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Can a building tell a joke? Iwo Borkowicz is interviewed by Dominika Drozdowska

11 of July '22

The interview comes from A&B magazine 06/22

Iwo Borkowicz, winner of the2021Architectural Award of theWielkopolska Region in the Young Creator category,talks aboutbalance in creative life , matter and impermanence, and what cooperation teaches .

Dominika Drozdowska: You are a young architect. You studied first at the Academy of Fine Arts in Poznań and later in Ghent, Belgium. Didn't you want to stay abroad?

Iwo Borkowicz: I was given the opportunity to stay at the university and develop my master's projectas part of my doctorate. I even made such attempts: we formed a research team, found a potential investor, butunfortunately we were ignored by our Cuban partners. My goal was not a theoretical PhD, but to implement my master'sproject in a Havana setting.

Dominica: As part of your master's thesis, you proposed that housing should be financed through the resources of the tourism industry.

Iwo: This was a response to two problems that werevery evident in Cuba at the time, in 2016. On the one hand, we had a hugehousing shortage, and on the other, a tourism boom. The Cuban Constitution stipulates that housing is a fundamental right of the citizen, andthe state iscommitted to providing it. In practice, this means that adozen people are registered in a 70-square-meterapartment , and 30 percent of the population has nowhere to live. On theother hand, Cuba reopened to tourism -interest was huge, hotelswereshort ofplaces, prices were high andreservations weremade months ahead. So I proposed a model in which these two situations would be able tocomplement each other'sneeds and opportunities - tourism, which has alot offinancial resources, andhousing, which has a lot of rights. It'sa proposal for a certain symbiosis, which is why the name of my work is, translated as: "The symbiotic relationship of cooperative social housing and dispersed tourismin Havana Vieja ."

Theproject included analyses of how this would work socially, spatially,architecturally and economically. Their result was a unit of social housing that also included atourist unit, in a ratio of 4 to 1. According to our analyses, such buildings would be paid off in less than ten years, and the money recoveredwould allow theconstruction of more. In addition,residents of these quarters would derive direct income by providing services to thetourismindustry.In the 1990s, the Cuban governmentlaunched the Casas Particulares program, which allowed citizens to sublet rooms to tourists in response to a shortage of hotel space. It's a complex problem, because on theone hand it pushes residents out of their own homes, but on the otherhand itallows them toearn amuch higher income than what is regular and available locally. In the end,I did notcontinue working on the project as part of mydoctorate because there was a lack ofinterest from the Cuban side. Perhapsthey were concerned that if webuilt a facility functioning asintended with Belgianmoney , it could be said that an outside entity wanted to show what socialism in Cuba was supposed to look like. Failure ofthe project would be more convenient than success.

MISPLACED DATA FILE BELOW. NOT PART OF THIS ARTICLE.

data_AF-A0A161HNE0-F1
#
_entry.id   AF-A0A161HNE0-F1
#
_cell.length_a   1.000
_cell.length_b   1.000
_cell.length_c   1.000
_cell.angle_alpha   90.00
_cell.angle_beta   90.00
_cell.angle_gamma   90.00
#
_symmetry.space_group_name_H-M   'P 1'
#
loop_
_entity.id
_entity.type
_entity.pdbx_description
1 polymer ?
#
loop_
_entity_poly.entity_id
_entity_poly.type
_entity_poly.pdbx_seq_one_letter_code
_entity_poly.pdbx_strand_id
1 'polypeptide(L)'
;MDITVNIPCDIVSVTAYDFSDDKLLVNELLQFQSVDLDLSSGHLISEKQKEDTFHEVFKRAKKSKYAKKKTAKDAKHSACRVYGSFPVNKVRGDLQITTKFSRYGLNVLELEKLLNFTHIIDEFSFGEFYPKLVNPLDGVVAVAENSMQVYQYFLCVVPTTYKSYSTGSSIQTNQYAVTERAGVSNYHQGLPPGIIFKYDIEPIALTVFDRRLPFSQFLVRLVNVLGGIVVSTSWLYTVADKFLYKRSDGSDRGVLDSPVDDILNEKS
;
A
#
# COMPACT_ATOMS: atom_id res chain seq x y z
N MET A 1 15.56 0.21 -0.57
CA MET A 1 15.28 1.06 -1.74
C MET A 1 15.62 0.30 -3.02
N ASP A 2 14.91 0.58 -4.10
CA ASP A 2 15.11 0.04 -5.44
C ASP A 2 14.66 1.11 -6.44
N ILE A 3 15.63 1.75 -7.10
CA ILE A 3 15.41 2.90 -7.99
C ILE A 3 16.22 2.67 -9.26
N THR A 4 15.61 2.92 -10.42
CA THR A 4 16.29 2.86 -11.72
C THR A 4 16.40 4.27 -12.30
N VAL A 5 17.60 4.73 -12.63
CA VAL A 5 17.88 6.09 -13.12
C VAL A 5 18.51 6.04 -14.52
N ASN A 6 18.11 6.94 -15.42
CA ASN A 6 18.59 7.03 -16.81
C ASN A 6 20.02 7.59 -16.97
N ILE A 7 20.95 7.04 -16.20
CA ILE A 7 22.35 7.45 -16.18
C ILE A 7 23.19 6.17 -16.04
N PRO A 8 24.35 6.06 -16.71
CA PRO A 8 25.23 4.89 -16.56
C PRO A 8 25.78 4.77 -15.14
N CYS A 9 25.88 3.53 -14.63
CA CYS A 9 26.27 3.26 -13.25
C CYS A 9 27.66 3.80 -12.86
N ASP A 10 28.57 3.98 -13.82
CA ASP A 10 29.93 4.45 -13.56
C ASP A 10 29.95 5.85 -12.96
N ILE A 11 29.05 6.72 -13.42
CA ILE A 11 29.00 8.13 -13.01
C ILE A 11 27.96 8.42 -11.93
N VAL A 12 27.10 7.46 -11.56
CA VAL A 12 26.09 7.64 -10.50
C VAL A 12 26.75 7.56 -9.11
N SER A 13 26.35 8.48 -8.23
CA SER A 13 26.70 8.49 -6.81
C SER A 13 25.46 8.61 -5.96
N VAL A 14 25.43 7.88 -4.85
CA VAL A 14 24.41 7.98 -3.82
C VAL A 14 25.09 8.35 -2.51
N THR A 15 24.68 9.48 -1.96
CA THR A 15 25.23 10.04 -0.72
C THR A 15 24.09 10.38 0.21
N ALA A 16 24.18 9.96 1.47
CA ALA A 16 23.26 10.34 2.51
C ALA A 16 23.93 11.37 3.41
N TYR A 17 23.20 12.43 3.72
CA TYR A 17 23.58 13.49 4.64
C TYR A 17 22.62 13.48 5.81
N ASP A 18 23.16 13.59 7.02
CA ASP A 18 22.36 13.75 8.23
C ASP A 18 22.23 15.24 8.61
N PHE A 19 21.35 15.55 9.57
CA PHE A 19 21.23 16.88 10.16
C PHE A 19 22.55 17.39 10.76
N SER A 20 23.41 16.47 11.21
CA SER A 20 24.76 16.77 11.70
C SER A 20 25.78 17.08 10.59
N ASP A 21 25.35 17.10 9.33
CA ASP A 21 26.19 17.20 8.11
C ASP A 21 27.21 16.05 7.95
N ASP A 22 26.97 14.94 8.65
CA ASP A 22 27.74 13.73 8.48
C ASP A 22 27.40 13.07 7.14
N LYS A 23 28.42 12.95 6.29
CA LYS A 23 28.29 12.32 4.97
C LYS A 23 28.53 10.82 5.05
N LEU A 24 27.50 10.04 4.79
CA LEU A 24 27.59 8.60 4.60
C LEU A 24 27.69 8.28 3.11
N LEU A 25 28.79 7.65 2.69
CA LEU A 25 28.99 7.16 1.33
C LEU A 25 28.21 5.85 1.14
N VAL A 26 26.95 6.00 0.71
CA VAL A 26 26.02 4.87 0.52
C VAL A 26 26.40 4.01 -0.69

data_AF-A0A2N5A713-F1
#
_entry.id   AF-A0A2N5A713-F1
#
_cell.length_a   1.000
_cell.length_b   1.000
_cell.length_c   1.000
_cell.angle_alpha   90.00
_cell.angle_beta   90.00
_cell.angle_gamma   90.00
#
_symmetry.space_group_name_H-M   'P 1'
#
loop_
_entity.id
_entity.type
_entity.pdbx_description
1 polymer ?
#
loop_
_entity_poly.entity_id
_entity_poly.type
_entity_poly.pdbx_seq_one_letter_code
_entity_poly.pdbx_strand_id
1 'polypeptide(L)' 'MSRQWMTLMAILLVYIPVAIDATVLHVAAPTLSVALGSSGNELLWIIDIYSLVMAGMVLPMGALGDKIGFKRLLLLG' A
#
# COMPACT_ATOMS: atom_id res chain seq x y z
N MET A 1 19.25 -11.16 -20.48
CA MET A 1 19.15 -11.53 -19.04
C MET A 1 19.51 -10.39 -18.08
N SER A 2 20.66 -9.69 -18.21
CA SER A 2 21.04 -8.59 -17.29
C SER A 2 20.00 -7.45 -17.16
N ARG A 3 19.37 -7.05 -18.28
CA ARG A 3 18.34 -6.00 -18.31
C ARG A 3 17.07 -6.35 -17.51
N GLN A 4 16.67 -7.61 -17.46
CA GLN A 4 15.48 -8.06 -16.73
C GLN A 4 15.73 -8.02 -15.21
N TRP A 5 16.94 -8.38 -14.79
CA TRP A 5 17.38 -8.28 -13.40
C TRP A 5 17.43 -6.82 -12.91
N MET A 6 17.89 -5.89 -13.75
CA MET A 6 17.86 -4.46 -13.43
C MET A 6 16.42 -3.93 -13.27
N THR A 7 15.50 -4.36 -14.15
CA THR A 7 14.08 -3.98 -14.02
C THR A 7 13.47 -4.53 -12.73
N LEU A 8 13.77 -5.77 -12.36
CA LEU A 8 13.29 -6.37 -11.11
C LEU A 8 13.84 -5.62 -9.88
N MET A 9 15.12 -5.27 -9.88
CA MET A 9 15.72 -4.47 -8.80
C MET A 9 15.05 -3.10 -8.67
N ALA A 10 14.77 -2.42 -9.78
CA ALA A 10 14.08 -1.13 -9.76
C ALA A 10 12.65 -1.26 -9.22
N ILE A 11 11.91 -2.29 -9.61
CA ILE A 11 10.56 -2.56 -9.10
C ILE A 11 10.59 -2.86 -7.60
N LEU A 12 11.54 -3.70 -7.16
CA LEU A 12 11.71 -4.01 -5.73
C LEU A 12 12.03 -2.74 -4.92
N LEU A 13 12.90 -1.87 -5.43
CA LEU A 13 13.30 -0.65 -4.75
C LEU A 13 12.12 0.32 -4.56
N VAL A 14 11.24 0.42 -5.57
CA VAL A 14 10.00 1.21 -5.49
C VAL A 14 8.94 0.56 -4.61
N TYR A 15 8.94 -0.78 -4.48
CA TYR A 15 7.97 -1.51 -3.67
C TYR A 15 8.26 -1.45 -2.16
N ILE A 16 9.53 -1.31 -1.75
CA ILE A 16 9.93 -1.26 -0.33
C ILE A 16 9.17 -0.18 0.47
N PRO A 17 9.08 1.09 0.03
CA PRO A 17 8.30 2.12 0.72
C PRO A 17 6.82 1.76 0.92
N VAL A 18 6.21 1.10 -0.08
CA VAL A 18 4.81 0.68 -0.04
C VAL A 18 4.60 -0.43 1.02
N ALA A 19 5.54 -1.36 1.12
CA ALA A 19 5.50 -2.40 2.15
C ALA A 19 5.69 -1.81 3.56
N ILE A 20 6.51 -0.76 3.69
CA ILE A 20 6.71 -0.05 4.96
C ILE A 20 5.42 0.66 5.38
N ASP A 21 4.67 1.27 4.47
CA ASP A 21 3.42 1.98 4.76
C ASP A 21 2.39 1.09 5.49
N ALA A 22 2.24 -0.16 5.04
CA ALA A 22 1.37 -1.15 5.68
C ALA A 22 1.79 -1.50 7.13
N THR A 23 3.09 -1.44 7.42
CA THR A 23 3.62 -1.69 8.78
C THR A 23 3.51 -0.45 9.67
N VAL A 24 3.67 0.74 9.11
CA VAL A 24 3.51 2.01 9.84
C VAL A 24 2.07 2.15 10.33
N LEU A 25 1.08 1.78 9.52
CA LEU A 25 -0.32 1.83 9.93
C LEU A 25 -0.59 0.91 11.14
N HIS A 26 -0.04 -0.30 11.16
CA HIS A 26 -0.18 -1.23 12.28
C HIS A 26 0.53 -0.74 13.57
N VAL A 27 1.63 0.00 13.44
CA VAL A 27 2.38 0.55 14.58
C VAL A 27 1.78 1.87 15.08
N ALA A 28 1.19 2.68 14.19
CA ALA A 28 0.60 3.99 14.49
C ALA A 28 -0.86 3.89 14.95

raca magisterska Iwo Borkowicza to propozycja symbiozy pomiędzy turyzmem i mieszkalnictwem (projekt „Symbiotyczna relacja spółdzielczego budownictwa socjalnego i rozproszonego turyzmu w Hawanie Vieja

Iwo Borkowicz's master's thesis is a proposal for symbiosis between tourism and housing (project "Symbiotic relationship of cooperative social housing and dispersed tourism in Havana Vieja").

Photo by Iwo Borkowicz

Dominica: How did you come to address such an issue?

Iwo: Between my first and second year of graduate studies, I applied to VLIRUOS, a research program in developingcountries .I chose the Cuban directionand managed to win a scholarship. For two months, in cooperation with the local polytechnicand Havana's El Cerro district, we conducted research. The university's proposal was that the students participating in the summerresearch should use it for their master's theses. I didn't choose todo so directly, because from theEl Cerro neighborhood I was researching, I shifted my interests to the oldest neighborhood, La Habana Vieja. Here I saw the confluence and synergy of the twoworlds of housing and tourism, and where such confluence occurs, appropriate solutions can be found in a more dynamic and better way. For El Cerro, with itsproblems of extreme poverty, c rumblingurban fabric and massive stagnation, it was difficult to find the potential to come up withproductive solutions.

Dominica: Today, six years later, are you still following what's happening in Cuba?

Iwo: Yes. However, after a year of trying andsearching for ways to further develop the project ,I reached a wall. I didn't see thepoint in continuing it theoretically, and the practicalpart couldn't succeed without theinvolvement and willingness of the local authorities. It's asocial housingproject , so it had to relyon local laws and economicmechanisms.

Dominica: That's unfortunate.